Revised October 6, 2016
1. One can do immoral acts with the body, speech, and mind (leading to kaya, vaci, and mano sankhara); see, “Sankhara, Kamma, Kamma Beeja, Kamma Vipaka“. Actually, one starts committing mano sankhara first, some of which lead to vaci and kaya sankhara. These are called ten immoral acts (dasa akusala). The ten immoral acts are divided into the three categories as follows:
Three mano sankhara (immoral acts done with the mind):
- Abhijja (covetousness; greed for other’s belongings)
Vyapada (ill-will, hatred)
Micca Ditthi (wrong views)
Four vaci sankhara (immoral acts done with speech):
- Musavada (Lying)
parusavaca (harsh speech)
Sampappalapa (frivolous talk)
Three kaya sankhara (immoral acts done with the body):
- Panatipata (killing)
Adinnadana (taking what is not given)
kamesu miccacara (not just sexual misconduct, but also excessive of sense pleasures)
2. As one starts avoiding more and more of these ten actions, one will start feeling early stages of Nibbana or “nivana“, i..e, cooling down of the mind. The constant stress, excited-ness of the mind will gradually ease. Also see, “What is Kama? – It is not Just Sex“.
3. First of all, it is important to realize that only an Arahant is totally free from doing any of these; even a Sotapanna may commit some of these at least once -in-a-while. There are six things that a Sotapanna is incapable of: killing mother or father, killing an Arahant, injuring a Buddha, knowingly causing schism in Sangha, and having micca ditthi or wrong views.
- Thus it is inevitable that dasa akusala could be broken by anyone below the Sotapanna stage. Even a Sotapanna has completely removed only micca ditthi. A Sotapanna would not WILLINGLY commit any of the dasa akusala, but some COULD happen, except for those six mentioned above; see, “Key to Sotapanna Stage – Ditthi and Vicikicca“.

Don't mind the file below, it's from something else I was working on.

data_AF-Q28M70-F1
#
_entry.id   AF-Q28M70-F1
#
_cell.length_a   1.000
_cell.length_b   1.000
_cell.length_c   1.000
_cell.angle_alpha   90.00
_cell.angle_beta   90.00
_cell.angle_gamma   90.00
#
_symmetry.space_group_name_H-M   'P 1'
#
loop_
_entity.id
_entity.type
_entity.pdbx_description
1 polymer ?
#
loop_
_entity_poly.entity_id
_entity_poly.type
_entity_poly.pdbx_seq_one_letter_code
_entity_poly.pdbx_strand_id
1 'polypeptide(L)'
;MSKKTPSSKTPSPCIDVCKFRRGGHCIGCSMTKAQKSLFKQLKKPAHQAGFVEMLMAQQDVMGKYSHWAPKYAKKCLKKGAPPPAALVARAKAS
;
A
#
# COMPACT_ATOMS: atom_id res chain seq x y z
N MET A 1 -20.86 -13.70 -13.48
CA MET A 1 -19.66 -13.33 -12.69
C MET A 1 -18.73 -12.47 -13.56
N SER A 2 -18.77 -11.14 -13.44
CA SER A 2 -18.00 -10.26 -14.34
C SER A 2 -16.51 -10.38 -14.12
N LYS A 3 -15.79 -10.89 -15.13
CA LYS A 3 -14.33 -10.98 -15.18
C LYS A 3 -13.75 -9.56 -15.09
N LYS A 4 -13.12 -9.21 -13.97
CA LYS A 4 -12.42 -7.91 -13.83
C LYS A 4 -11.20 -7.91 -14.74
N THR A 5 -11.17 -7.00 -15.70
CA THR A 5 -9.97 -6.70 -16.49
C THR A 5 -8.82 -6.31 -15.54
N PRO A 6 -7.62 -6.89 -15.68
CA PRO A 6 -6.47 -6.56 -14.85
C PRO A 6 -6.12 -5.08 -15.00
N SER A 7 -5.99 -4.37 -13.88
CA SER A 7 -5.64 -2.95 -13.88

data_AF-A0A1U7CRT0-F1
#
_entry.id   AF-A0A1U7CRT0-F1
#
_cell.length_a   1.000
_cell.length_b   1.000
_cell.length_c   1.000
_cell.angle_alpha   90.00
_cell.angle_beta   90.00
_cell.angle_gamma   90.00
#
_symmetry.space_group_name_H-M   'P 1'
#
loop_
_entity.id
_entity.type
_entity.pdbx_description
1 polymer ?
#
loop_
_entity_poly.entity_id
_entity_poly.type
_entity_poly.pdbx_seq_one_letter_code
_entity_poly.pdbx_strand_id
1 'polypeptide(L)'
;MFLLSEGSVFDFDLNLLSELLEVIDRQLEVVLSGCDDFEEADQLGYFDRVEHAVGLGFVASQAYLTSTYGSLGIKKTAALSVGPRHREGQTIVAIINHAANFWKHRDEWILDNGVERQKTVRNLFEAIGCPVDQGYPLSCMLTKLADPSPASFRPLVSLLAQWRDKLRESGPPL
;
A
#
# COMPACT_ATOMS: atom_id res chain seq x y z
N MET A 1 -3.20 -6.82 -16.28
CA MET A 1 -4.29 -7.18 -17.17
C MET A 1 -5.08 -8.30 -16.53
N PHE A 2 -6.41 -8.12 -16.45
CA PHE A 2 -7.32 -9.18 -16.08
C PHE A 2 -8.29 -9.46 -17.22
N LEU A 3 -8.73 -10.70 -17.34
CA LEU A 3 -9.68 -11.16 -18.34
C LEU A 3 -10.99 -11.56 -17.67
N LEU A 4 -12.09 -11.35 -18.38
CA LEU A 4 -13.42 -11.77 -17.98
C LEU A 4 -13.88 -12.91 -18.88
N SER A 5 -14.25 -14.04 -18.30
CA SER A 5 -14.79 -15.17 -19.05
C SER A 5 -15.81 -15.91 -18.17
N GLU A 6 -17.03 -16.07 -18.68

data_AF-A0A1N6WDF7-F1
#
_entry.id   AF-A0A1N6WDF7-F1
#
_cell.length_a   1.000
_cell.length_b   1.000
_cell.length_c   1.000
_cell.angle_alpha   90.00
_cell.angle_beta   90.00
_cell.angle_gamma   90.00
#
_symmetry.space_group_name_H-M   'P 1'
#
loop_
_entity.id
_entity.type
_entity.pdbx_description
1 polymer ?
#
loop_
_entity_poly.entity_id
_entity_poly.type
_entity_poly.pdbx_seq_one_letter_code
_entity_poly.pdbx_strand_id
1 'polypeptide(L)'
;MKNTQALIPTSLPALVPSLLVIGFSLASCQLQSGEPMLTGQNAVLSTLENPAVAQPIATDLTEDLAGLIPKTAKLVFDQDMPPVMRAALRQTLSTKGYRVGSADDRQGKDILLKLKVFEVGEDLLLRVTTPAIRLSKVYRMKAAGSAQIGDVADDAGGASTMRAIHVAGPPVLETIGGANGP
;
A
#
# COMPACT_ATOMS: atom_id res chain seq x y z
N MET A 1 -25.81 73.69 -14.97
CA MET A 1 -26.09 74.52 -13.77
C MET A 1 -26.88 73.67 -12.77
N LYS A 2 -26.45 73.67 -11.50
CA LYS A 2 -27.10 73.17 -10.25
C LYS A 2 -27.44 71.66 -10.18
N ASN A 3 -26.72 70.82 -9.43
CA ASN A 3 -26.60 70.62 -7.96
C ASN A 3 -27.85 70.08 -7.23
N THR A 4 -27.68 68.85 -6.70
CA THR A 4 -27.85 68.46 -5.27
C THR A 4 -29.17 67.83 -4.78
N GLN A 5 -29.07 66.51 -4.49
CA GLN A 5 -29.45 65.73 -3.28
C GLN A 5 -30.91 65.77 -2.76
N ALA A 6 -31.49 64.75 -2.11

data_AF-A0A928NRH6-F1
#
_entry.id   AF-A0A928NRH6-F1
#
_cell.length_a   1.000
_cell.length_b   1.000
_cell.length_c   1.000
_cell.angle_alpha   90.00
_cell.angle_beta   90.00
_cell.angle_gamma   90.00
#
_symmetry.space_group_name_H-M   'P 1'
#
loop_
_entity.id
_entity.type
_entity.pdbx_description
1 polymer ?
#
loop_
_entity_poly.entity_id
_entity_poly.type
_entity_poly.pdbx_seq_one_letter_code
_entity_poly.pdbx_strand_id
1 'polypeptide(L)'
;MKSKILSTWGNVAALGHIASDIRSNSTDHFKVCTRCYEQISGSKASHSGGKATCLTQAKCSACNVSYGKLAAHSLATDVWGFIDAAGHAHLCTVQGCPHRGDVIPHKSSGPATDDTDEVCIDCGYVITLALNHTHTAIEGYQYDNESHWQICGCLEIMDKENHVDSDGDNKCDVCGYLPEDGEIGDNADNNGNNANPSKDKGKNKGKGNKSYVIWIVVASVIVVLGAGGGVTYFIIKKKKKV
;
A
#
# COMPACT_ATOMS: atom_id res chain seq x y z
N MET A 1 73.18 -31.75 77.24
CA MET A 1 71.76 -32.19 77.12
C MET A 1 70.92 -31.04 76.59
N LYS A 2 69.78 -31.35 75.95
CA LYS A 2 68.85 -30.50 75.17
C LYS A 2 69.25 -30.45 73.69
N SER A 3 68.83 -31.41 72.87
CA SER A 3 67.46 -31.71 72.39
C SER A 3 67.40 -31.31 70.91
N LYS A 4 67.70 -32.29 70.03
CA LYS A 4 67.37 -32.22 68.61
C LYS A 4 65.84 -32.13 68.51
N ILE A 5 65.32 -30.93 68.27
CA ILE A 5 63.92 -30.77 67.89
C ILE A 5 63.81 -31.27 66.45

- What is important is to realize that these are to be AVOIDED if at all possible. It becomes easier as one learns Dhamma and see the benefits of avoiding them.
- However, it must be noted that a Sotapanna has reduced lobha (extreme greed, especially for other’s belongings) and dosa (hate) to reduced levels of raga (craving for sense pleasures) and patigha (friction or tendency to get upset or angry); see, “Lobha,Dosa, Moha versus Raga, Patigha, Avijja“.
4. Most terms above are clear, but many people may not be aware of what micca ditthi (wrong views) is. Micca ditthi is basically not comprehending the basic characteristics of “this world” of 31 realms; see, “The Grand Unified Theory of Dhamma” and “Wrong Views (Micca Ditthi) – A Simpler Analysis“.
- Because of the ignorance of the complete world view, one is likely to have three main wrong world views: (i) everything has sprung without a cause (ahetuka ditthi), (ii) good and bad produce no effect (akiriya ditthi), and (iii) there is no after-life (natthika ditthi).